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  Global Views
World Publics Say Governments Should Be More Responsive to the Will of the People
Steven Kull and Barbara Slavin discuss current Iranian public opinion from polls and focus groups. Amb. (ret.) William G. Miller moderates the discussion. The event took place at the School of Advanced International Studies in Washington, D.C. on Apr 9th, 2008.

WorldPublicOpinion.org poll of 19 nations conducted around the world finds that, in every nation polled, publics support the principles of democracy. At the same time, in nearly every nation, majorities are dissatisfied with how responsive their government is to the will of the people.

In all 19 nations polled majorities agree with the democratic principle that "the will of the people should be the basis for the authority of government"—a principle enunciated in the Universal Declaration of Human Rights, whose 60th anniversary is being celebrated this year. On average 85 percent agree󈠄 percent strongly. Across the 19 nations, 74 percent say that the "will of the people" should have more influence than it currently does.

"The perception that governments are not responsive to the popular will appears to be contributing to the low levels of confidence in government found around the world," comments Steven Kull, director of WorldPublicOpinion.org. Kull adds: "Most see their governments as primarily serving big interests rather than the people as a whole."

The poll of 17,525 respondents was conducted between January 10 and March 20, 2008 by WorldPublicOpinion.org, a collaborative research project involving research centers from around the world and managed by the Program on International Policy Attitudes (PIPA) at the University of Maryland. Interviews were conducted in 19 nations, though in three of them not all questions were asked.

Those nations interviewed include most of the world's largest nations—China, India, the United States, Indonesia, Nigeria, and Russia—as well as Argentina, Azerbaijan, Britain, Egypt, France, Iran, Jordan, Mexico, Poland, South Korea, Turkey, Ukraine, and the Palestinian Territories. These nations represent 59 percent of the world population.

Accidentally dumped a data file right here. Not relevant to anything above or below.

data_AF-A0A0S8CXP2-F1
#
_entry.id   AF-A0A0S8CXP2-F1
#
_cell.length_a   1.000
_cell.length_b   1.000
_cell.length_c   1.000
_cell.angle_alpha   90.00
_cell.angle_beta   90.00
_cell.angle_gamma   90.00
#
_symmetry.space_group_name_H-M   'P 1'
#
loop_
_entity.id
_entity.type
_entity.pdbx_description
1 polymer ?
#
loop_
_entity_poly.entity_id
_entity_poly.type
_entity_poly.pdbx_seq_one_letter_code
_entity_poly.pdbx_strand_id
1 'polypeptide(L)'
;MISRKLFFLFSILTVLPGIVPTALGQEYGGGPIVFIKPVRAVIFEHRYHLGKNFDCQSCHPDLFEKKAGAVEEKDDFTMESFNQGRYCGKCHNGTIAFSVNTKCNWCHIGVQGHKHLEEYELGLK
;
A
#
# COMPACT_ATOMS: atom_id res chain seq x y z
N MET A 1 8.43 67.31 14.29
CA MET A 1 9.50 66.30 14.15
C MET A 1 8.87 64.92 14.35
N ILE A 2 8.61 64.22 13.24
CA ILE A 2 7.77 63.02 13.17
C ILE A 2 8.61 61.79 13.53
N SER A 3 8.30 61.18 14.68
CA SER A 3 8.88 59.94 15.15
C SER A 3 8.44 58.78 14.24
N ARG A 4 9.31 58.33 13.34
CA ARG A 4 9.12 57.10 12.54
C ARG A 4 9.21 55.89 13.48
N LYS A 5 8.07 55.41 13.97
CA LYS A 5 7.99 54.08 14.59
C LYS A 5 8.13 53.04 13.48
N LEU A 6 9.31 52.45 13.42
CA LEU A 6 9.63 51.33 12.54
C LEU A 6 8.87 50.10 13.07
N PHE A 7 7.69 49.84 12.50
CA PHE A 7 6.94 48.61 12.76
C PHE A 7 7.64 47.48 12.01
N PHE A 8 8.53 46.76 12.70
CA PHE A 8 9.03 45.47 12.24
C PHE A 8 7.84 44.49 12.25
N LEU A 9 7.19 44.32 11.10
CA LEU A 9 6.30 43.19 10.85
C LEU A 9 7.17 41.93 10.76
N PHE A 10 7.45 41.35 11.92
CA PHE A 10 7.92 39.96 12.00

Strong Support for Democratic Principles

In all 19 nations polled majorities agree with the democratic principle that "the will of the people should be the basis for the authority of government." On average 85 percent agree󈠄 percent "strongly."

Interestingly, the most robust support for this principle does not come from the western democracies. The largest percentages saying that they strongly agree with this principle are found in Ukraine (77%), Nigeria (75%), Turkey (70%), and Indonesia (72%)

Among western democracies the numbers in strong agreement are more modest: France (34%), the United States (44%), and Great Britain (55%). However, only very small numbers in these nations disagree (12-21%).

Asked how much their nation "should be governed according to the will of the people" (on a scale with 0 meaning "not at all" and 10 meaning "completely"), the mean response for all nations is well above 5 and in only two does the mean dip below 7: India (6.2), and Jordan (6.6). On average, the mean across all nations is 8.0.

At the same time, relatively few say that the people should have complete control over the government's decisions. On average only 31 percent give the answer of 10. However majorities in two nations give an answer of 10: Ukraine (52 %), and Indonesia (51%). Russia also has a large percentage (49%) endorsing complete control by the people.

Majorities in all nations also endorse the democratic principle that "government leaders should be selected through elections in which all citizens can vote," another principle enunciated in the Universal Declaration of Human Rights. On average 84 percent agree with this view, while 12 percent say that government leaders should be selected "some other way." In only one nation is support for democratic elections below 7 in 10: India (54%). Thirty-three percent in India say leaders should be selected in some other way.

Dissatisfaction with Democratic Responsiveness

All publics polled show substantial dissatisfaction with the level of democratic responsiveness of their governments. When comparing how much influence the will of the people has on their government to how much it should have, the mean perceived level is well below the preferred level in every nation polled. On average the mean perceived level of government responsiveness is 4.5 (on a 0-10 scale)—well below the mean preferred level of 8.0.

Looking at individual responses to these two questions, overwhelming majorities in most nations give a preferred level of government responsiveness that is higher than the perceived level. On average 74 percent of responses show such a gap and in all but two nations the ratio is 6 in 10 or higher. The two exceptions are India (46%) and Jordan (44%), where a plurality express a desire for more responsiveness.

The highest levels of dissatisfaction in government responsiveness are found in Egypt (97%) and Nigeria (88%). However, high levels of dissatisfaction are also found in long-established western liberal democracies, including the United States (83%), Great Britain (77%), and France (73%).